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The title of this post is disturbing. The principles of Organic and Fair Trade are really crucial to building (restoring) a sustainable society. The bright side is that the certifications are not equally special and actually complement each other perfectly.
First, a word about certification. In our existing market, 3rd party certification is important to both fair and natural trade. As the market for both fair trade and natural grows numerous services would rather alter the definition than to change their practices. We are seeing this now in the fair trade coffee market place. As time goes on a search for fair trade coffee is a growing number of most likely to turn up non-certified “fair trade” coffee, which is most likely just a marketing rouse to bring in ethical clients. In a current search of ebay for fair trade coffee 90% of the outcomes were not 3rd party licensed, and upon further assessment most looked really suspect. We have seen this already in the organic market. How many products marketed to natural customers are really accredited? Companies have actually greened their names but not their practices. Without non-biased 3rd party certification of organic or reasonable trade we are delegated rely on self interested parties who will only benefit from that trust. Look at the labels a product caries, look into the requirements of that accreditation and make an informed choice. Know what labels you trust and know the ones that you feel are deceptiveness. With fair trade Transfair is presently the only accreditation agency, so try to find the fair trade label.
Working with the environment to avoid this erosion, natural coffee farmers maintain the fertility of the land by growing coffee in the shade, where coffee was indicated to grow. The concept of natural goes beyond safeguarding the environment and extends to safeguarding the individuals who work in the fields. Some studies have shown that natural techniques even protect those who consume the fruits( even after they are washed), and also secure residents who drink the water.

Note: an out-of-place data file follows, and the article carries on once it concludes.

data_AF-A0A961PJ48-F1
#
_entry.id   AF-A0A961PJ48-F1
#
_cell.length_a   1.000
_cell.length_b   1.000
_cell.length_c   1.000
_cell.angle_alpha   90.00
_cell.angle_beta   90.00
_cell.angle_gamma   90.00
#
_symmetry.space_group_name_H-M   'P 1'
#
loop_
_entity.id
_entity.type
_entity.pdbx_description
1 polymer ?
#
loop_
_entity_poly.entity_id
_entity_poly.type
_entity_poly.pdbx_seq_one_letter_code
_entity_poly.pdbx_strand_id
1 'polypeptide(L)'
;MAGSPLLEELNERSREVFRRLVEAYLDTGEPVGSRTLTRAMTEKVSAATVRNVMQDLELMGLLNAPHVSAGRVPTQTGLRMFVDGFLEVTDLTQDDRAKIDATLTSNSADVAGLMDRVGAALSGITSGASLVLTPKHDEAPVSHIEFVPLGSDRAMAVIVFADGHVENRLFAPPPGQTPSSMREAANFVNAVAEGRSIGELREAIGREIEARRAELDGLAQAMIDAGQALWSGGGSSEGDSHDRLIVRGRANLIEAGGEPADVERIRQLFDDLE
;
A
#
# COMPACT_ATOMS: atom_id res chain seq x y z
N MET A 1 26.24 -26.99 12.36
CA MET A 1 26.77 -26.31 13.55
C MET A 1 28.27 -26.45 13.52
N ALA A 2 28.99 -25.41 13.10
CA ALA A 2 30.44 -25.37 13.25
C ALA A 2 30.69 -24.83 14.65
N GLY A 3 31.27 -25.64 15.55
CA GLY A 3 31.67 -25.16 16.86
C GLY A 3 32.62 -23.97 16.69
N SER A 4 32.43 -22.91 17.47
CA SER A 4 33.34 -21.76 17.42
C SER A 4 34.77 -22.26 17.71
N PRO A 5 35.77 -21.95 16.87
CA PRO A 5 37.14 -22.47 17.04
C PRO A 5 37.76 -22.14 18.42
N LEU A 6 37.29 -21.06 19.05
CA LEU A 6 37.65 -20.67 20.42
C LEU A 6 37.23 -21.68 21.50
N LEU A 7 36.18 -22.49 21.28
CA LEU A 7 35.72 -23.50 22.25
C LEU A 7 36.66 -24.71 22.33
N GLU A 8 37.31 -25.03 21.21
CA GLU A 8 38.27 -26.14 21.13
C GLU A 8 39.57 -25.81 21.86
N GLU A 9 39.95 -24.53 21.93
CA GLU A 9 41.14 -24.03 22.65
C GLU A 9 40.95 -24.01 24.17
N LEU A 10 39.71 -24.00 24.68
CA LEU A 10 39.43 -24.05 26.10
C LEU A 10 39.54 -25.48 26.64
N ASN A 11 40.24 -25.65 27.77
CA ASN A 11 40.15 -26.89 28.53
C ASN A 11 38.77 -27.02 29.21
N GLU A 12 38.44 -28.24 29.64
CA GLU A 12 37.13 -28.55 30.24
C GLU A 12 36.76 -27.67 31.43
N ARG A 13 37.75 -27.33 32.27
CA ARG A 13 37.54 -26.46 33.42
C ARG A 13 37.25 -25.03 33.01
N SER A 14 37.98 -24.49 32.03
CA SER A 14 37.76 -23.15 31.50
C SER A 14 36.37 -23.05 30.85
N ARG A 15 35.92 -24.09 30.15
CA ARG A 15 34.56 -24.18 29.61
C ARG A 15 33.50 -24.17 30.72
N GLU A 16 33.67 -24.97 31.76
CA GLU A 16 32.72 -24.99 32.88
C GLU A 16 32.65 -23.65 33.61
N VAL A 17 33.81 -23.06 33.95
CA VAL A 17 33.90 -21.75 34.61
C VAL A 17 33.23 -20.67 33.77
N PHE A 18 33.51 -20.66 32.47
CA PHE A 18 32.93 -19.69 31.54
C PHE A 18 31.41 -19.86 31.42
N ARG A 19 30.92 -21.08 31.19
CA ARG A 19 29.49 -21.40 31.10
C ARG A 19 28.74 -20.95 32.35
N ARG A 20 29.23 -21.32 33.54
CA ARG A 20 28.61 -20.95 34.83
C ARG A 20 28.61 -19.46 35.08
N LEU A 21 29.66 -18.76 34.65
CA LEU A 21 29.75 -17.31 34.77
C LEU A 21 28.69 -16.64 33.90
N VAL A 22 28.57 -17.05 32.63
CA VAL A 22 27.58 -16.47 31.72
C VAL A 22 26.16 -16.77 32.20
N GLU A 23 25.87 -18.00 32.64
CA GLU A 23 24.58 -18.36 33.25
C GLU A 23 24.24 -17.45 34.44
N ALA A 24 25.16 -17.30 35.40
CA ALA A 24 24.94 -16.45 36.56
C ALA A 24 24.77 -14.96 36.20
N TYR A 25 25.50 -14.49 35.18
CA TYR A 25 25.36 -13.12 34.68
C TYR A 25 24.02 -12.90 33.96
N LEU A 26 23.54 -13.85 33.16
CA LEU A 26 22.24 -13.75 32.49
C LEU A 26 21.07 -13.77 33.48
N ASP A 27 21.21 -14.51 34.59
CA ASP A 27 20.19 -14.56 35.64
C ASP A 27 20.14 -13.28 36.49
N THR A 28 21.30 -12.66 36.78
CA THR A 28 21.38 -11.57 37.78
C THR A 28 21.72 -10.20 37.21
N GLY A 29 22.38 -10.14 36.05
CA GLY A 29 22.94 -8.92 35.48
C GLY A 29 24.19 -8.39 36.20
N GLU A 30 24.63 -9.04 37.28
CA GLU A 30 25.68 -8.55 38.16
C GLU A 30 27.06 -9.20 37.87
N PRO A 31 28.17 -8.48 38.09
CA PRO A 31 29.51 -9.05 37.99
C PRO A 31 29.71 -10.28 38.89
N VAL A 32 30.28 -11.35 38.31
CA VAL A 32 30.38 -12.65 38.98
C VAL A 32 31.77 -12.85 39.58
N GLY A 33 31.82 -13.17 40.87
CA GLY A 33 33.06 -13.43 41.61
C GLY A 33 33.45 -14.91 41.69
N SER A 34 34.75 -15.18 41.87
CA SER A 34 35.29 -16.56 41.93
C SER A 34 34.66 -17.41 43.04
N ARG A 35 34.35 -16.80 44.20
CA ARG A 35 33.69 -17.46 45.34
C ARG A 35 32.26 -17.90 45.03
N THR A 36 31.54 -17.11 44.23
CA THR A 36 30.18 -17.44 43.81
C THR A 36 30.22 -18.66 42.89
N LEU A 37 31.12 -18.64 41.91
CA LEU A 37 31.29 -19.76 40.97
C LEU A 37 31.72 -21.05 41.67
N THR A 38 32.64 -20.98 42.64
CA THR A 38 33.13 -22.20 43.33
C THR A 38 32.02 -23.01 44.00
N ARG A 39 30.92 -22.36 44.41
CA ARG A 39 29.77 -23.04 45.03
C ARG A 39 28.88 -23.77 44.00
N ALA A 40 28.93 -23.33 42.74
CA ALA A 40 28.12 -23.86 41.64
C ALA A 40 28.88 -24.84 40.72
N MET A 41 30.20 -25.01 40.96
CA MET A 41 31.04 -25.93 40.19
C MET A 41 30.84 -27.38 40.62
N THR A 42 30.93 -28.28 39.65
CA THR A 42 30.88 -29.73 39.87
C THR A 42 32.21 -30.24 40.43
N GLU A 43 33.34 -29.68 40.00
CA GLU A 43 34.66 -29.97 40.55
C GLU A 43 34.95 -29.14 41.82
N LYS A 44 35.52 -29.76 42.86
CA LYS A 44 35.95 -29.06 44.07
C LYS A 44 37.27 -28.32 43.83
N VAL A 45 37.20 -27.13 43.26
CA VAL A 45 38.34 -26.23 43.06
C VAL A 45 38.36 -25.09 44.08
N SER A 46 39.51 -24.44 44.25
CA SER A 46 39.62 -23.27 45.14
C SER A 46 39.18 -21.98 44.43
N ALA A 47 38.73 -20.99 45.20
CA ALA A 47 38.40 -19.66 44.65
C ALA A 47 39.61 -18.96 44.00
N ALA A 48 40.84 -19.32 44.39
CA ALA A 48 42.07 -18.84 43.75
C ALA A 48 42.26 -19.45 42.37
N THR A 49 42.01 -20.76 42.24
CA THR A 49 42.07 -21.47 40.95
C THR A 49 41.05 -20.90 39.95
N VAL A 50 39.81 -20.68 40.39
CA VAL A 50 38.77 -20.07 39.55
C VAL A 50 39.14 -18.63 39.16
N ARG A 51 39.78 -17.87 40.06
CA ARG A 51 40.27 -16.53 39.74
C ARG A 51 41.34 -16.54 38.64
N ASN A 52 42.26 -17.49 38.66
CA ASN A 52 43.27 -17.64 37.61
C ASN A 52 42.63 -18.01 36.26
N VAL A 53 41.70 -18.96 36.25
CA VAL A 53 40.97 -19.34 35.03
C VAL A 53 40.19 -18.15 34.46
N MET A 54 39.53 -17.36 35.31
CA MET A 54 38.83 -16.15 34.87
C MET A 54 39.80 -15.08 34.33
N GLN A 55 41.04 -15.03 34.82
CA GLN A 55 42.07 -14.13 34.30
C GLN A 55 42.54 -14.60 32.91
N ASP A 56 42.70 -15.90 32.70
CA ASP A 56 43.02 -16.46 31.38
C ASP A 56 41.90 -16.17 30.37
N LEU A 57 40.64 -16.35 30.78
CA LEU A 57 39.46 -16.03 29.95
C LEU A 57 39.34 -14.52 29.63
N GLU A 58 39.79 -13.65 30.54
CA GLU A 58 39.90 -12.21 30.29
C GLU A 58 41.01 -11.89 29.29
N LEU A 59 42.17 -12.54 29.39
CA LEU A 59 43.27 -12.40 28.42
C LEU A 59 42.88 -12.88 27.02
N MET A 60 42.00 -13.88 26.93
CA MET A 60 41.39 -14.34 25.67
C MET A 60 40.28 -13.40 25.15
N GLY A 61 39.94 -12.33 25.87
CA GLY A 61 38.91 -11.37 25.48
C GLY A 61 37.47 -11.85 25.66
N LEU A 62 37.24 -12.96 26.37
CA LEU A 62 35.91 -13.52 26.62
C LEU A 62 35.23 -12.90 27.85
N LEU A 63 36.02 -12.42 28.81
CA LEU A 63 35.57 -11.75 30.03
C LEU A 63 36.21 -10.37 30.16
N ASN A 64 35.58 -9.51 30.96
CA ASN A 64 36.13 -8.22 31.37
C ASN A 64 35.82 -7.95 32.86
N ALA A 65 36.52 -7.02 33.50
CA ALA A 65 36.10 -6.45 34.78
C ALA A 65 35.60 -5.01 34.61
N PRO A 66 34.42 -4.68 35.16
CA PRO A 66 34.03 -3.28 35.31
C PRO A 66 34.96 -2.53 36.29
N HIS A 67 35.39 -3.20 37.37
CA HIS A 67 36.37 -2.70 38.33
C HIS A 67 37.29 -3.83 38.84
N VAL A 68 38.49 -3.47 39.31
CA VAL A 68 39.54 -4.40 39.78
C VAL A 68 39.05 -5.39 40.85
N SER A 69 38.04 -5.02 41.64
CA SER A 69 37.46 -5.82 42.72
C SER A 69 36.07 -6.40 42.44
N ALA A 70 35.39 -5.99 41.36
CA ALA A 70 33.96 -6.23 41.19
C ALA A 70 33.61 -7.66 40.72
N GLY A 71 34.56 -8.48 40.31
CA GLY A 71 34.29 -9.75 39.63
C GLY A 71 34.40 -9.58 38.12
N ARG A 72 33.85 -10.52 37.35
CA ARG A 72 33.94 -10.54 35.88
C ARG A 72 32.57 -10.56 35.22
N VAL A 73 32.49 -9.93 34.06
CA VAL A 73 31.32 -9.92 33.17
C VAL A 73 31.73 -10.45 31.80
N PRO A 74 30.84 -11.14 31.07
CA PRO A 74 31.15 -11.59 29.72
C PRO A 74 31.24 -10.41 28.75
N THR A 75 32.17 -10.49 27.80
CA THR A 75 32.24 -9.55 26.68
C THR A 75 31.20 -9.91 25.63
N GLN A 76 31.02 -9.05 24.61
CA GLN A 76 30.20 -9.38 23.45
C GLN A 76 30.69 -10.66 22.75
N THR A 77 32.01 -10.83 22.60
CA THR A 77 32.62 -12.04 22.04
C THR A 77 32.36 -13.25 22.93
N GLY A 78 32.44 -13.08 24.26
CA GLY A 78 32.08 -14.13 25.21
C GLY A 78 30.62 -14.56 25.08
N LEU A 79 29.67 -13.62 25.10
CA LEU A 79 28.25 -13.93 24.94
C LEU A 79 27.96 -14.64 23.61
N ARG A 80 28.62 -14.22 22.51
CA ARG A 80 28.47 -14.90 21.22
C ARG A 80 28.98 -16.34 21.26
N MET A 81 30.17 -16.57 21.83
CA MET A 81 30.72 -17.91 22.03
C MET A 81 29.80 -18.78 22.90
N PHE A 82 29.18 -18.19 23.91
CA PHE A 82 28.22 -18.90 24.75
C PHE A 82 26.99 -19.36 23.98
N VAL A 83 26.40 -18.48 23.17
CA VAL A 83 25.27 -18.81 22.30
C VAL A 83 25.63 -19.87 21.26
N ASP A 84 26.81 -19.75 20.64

When it comes to reasonable trade coffee certification, “reasonable” has an objective meaning through the accreditation requirements of Transfair. One of the requirements of reasonable trade accreditation it that a premium is paid for organic coffee, presently a full 15 cents more per pound than simply routine fair trade. Numerous reasonable trade farmers have actually changed to organic techniques and are now actively restoring the rain forest in order to receive this premium.
Well there is plenty of coffee out there labeled as not fair but organic trade. Organic is excellent, however by itself it is not sustainable, we should guarantee that the people who grow it are appropriately compensated otherwise they are put in an economic position which lends itself to decisions with unfavorable environmental effects. Fair trade does not compete with organic but it does make sure it is fiscally sustainable for the producers, thus making sure future supply in our existing economy.
This is why the fair trade model works. First it guarantees the monetary security of the farmers through fair prices, access to non-predatory loans and capital needed to market and sell their goods. It ensures them a premium for environmentally friendly practices, which many times leads to conversion of traditional fields to natural. This model has actually been working for coffee and has now broadened to tea, chocolate and even some tropical fruits.
The outcomes of fair trade have been incredible:
* Organic methods are being used and taught
* Community facilities is being built/rebuilt
* Clear drinking water
* Erosion control
* Small children in school
* Quality items through quality approaches
* Adult education
* Secure families
* and sustainability
Next time you purchase natural coffee or tea ensure it is also fair trade certified by Transfair. Request that your regional grocer bring fair trade fruits when they are available.
Moving Beans is a start-up that has been providing coffee capsules for a very long time, with much more news under this link. Or check out an interesting article on compostable coffee pods. They were the first to deliver aluminium-free Nespresso-compatible coffee capsules.